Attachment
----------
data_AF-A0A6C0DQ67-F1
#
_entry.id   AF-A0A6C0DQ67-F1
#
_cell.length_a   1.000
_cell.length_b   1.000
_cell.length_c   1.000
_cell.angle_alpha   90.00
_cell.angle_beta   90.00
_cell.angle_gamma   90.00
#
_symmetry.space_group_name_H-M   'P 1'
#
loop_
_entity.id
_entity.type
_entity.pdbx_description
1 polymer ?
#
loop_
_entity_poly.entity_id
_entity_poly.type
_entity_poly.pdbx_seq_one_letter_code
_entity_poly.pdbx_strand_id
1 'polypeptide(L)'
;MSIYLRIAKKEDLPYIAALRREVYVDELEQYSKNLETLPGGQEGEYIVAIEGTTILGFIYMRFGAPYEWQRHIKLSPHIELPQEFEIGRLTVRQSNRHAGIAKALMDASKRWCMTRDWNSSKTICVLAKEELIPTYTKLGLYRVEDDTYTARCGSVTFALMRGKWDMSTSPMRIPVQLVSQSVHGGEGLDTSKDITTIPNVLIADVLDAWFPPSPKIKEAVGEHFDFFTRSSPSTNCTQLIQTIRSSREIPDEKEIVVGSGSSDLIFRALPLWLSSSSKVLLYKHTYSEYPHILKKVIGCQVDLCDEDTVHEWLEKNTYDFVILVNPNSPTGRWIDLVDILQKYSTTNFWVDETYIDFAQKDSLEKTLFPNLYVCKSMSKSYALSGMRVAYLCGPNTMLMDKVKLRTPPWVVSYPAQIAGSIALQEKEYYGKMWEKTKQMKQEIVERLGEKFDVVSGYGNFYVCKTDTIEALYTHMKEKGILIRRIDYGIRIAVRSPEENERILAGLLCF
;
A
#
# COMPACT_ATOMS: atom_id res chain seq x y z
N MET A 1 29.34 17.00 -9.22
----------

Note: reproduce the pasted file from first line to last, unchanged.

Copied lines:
data_AF-A0A6C0DQ67-F1
#
_entry.id   AF-A0A6C0DQ67-F1
#
_cell.length_a   1.000
_cell.length_b   1.000
_cell.length_c   1.000
_cell.angle_alpha   90.00
_cell.angle_beta   90.00
_cell.angle_gamma   90.00
#
_symmetry.space_group_name_H-M   'P 1'
#
loop_
_entity.id
_entity.type
_entity.pdbx_description
1 polymer ?
#
loop_
_entity_poly.entity_id
_entity_poly.type
_entity_poly.pdbx_seq_one_letter_code
_entity_poly.pdbx_strand_id
1 'polypeptide(L)'
;MSIYLRIAKKEDLPYIAALRREVYVDELEQYSKNLETLPGGQEGEYIVAIEGTTILGFIYMRFGAPYEWQRHIKLSPHIELPQEFEIGRLTVRQSNRHAGIAKALMDASKRWCMTRDWNSSKTICVLAKEELIPTYTKLGLYRVEDDTYTARCGSVTFALMRGKWDMSTSPMRIPVQLVSQSVHGGEGLDTSKDITTIPNVLIADVLDAWFPPSPKIKEAVGEHFDFFTRSSPSTNCTQLIQTIRSSREIPDEKEIVVGSGSSDLIFRALPLWLSSSSKVLLYKHTYSEYPHILKKVIGCQVDLCDEDTVHEWLEKNTYDFVILVNPNSPTGRWIDLVDILQKYSTTNFWVDETYIDFAQKDSLEKTLFPNLYVCKSMSKSYALSGMRVAYLCGPNTMLMDKVKLRTPPWVVSYPAQIAGSIALQEKEYYGKMWEKTKQMKQEIVERLGEKFDVVSGYGNFYVCKTDTIEALYTHMKEKGILIRRIDYGIRIAVRSPEENERILAGLLCF
;
A
#
# COMPACT_ATOMS: atom_id res chain seq x y z
N MET A 1 29.34 17.00 -9.22